BARCELONA, Spain: All 10 provincial governors of the island of Sumatra agreed to a deal to protect endangered forests, a move that could help control planet-warming emissions, Indonesian authorities said Thursday at a global conservation conference here.
When trees in Sumatra are cut down or burn, the soils underneath are exposed, releasing carbon dioxide as peat oxidizes and decomposes. The peat is so deep and plentiful in parts of Sumatra that the prevention of forest clearing could make a significant contribution to lowering greenhouse-gas emissions, according to environmentalists.
Hermien Roosita, Indonesia's deputy minister for the environment, said the next steps would involve coming up with an islandwide conservation plan. But carrying out the accord is unlikely to be straightforward.
"There are a lot of challenges in the future to ensure the successful implementation of the commitment," said Noor Hidayat, the director of conservation areas for the Forestry Ministry in Indonesia.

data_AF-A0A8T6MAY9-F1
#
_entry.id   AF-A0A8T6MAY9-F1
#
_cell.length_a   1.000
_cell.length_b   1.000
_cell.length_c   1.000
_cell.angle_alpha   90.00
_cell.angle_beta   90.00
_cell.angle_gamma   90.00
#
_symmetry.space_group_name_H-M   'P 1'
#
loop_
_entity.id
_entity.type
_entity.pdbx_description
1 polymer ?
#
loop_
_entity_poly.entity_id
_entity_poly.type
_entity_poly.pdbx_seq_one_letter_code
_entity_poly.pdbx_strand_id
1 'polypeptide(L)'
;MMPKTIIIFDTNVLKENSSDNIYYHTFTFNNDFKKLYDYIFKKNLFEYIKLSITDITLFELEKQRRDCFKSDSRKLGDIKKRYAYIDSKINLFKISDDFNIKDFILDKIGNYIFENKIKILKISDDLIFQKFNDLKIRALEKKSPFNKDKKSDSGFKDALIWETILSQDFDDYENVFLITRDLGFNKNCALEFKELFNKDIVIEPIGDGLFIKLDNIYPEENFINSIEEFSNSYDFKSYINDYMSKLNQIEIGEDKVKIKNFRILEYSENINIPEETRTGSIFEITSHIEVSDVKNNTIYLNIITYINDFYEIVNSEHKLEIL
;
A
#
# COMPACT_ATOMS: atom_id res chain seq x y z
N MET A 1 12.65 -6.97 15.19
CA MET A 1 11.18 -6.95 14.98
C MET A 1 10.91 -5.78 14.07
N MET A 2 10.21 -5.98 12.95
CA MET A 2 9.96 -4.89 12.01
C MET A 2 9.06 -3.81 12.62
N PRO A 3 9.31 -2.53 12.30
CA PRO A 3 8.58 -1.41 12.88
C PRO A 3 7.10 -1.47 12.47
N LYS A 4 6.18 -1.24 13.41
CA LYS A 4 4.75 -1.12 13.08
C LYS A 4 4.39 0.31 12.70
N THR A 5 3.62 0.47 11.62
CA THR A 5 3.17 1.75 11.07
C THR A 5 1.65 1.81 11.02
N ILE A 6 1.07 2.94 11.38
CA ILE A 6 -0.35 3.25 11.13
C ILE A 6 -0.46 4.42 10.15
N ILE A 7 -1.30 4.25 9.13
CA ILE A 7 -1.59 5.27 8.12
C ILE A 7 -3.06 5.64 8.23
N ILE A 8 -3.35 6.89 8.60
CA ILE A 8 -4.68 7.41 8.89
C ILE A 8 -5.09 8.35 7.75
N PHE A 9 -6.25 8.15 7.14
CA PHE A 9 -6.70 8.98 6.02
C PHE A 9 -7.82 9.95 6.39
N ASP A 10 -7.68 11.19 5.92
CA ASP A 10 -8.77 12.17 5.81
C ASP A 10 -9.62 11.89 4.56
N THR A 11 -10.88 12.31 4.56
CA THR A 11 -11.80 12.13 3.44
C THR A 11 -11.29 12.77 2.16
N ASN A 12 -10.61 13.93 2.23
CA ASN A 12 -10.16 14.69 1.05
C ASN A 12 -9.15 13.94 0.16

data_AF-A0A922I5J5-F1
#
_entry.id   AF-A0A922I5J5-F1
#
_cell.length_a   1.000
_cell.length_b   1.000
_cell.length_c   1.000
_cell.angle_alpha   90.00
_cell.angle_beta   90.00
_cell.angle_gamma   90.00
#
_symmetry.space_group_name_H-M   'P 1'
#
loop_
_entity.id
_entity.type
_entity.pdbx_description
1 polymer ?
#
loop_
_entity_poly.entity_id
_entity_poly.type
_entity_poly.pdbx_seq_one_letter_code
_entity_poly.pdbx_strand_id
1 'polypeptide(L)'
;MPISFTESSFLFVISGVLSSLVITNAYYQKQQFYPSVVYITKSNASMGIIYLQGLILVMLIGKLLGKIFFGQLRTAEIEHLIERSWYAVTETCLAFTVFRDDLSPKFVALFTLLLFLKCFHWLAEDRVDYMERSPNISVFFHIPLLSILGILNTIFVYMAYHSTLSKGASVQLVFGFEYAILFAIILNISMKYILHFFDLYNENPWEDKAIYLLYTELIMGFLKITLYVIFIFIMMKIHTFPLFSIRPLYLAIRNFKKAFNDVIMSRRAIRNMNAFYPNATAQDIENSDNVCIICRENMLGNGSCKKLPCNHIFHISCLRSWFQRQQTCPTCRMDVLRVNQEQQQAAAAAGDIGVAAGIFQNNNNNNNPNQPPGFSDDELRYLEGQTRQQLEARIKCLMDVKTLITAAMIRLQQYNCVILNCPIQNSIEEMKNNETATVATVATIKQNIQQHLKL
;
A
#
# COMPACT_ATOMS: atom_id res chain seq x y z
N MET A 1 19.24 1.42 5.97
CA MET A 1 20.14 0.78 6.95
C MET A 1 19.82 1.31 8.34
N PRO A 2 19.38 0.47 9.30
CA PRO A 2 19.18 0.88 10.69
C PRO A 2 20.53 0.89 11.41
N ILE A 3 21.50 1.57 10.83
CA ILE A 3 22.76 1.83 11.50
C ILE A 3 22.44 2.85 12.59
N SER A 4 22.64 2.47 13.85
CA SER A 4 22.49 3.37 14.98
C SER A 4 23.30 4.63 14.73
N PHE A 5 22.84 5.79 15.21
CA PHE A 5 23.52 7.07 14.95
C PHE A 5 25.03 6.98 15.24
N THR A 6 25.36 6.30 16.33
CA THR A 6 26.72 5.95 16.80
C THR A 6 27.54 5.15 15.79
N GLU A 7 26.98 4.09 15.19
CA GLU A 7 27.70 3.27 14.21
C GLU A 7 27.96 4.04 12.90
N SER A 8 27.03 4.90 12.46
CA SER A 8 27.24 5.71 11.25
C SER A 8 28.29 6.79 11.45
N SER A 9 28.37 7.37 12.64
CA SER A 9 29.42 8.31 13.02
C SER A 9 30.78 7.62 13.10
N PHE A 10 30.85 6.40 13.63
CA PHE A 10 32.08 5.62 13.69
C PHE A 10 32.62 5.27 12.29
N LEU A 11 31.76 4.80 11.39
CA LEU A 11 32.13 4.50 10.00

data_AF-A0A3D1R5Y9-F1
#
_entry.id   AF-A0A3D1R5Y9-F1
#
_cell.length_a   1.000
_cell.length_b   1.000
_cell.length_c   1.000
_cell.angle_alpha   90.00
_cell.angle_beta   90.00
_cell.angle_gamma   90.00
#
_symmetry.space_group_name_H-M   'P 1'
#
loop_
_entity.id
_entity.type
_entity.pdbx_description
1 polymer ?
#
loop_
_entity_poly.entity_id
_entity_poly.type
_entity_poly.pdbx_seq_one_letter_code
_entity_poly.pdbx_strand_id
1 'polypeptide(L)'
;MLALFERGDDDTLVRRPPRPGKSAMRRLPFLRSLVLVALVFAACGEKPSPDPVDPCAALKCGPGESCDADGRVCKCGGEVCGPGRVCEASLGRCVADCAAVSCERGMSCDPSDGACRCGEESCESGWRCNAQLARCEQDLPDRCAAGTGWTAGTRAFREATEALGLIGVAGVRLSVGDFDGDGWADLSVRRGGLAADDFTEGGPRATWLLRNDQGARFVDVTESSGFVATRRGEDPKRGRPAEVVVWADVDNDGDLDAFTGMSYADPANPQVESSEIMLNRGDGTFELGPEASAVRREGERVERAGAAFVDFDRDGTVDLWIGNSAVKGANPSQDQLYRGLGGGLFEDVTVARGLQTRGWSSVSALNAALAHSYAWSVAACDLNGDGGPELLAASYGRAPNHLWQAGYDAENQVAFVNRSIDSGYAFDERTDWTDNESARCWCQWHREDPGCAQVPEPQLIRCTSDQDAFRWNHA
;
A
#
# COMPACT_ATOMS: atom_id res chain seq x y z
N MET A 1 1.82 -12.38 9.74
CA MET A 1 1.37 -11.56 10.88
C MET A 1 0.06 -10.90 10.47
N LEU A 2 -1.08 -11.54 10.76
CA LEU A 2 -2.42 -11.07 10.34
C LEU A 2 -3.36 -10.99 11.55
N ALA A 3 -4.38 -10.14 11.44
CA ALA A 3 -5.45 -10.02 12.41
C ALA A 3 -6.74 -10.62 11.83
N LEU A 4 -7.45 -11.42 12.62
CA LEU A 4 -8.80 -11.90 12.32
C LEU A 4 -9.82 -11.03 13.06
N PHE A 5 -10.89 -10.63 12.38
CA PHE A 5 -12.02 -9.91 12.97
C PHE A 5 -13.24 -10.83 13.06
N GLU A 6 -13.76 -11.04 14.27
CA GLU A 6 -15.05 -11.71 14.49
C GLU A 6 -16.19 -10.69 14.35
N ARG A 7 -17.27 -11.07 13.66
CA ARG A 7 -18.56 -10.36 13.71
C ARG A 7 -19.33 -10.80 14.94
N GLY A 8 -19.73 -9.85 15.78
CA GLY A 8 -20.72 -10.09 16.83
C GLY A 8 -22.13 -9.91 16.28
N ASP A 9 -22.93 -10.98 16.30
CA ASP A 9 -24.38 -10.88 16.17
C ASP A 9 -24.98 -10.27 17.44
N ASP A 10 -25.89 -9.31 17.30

According to a translation of the Indonesian accord by WWF, an environmental group that helped broker the deal, the provincial governors and authorities pledged "to save and conserve the ecosystem of Sumatra Island in order to balance ecological functions and economic development for the people of Sumatra."
The accord was signed on Sept. 18 in Jakarta, the Indonesian capital, but the parties involved waited until the World Conservation Congress a gathering of 8,000 representatives from governments, conservation groups and businesses that is taking place in Barcelona to unveil it.